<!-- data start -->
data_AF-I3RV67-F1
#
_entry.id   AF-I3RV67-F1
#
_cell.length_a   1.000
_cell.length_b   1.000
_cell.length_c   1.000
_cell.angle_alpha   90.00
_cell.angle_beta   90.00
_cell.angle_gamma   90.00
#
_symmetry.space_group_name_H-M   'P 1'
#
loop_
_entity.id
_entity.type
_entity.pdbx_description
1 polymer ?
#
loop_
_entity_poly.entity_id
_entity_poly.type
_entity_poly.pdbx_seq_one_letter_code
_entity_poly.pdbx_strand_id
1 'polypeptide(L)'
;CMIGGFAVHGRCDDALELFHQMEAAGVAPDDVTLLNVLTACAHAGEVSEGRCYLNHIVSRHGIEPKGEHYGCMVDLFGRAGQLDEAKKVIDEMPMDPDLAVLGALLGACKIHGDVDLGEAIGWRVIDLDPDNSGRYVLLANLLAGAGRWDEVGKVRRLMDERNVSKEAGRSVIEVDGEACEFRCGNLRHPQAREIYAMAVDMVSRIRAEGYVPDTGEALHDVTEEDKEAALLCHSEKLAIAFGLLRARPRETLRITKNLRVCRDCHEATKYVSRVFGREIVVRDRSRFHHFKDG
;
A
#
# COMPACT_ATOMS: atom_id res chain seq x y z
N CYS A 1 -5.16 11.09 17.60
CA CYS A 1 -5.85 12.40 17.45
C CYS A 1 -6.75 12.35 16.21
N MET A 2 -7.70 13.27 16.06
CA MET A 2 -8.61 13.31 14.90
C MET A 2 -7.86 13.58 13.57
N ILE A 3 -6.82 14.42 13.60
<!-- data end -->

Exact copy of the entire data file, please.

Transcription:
data_AF-I3RV67-F1
#
_entry.id   AF-I3RV67-F1
#
_cell.length_a   1.000
_cell.length_b   1.000
_cell.length_c   1.000
_cell.angle_alpha   90.00
_cell.angle_beta   90.00
_cell.angle_gamma   90.00
#
_symmetry.space_group_name_H-M   'P 1'
#
loop_
_entity.id
_entity.type
_entity.pdbx_description
1 polymer ?
#
loop_
_entity_poly.entity_id
_entity_poly.type
_entity_poly.pdbx_seq_one_letter_code
_entity_poly.pdbx_strand_id
1 'polypeptide(L)'
;CMIGGFAVHGRCDDALELFHQMEAAGVAPDDVTLLNVLTACAHAGEVSEGRCYLNHIVSRHGIEPKGEHYGCMVDLFGRAGQLDEAKKVIDEMPMDPDLAVLGALLGACKIHGDVDLGEAIGWRVIDLDPDNSGRYVLLANLLAGAGRWDEVGKVRRLMDERNVSKEAGRSVIEVDGEACEFRCGNLRHPQAREIYAMAVDMVSRIRAEGYVPDTGEALHDVTEEDKEAALLCHSEKLAIAFGLLRARPRETLRITKNLRVCRDCHEATKYVSRVFGREIVVRDRSRFHHFKDG
;
A
#
# COMPACT_ATOMS: atom_id res chain seq x y z
N CYS A 1 -5.16 11.09 17.60
CA CYS A 1 -5.85 12.40 17.45
C CYS A 1 -6.75 12.35 16.21
N MET A 2 -7.70 13.27 16.06
CA MET A 2 -8.61 13.31 14.90
C MET A 2 -7.86 13.58 13.57
N ILE A 3 -6.82 14.42 13.60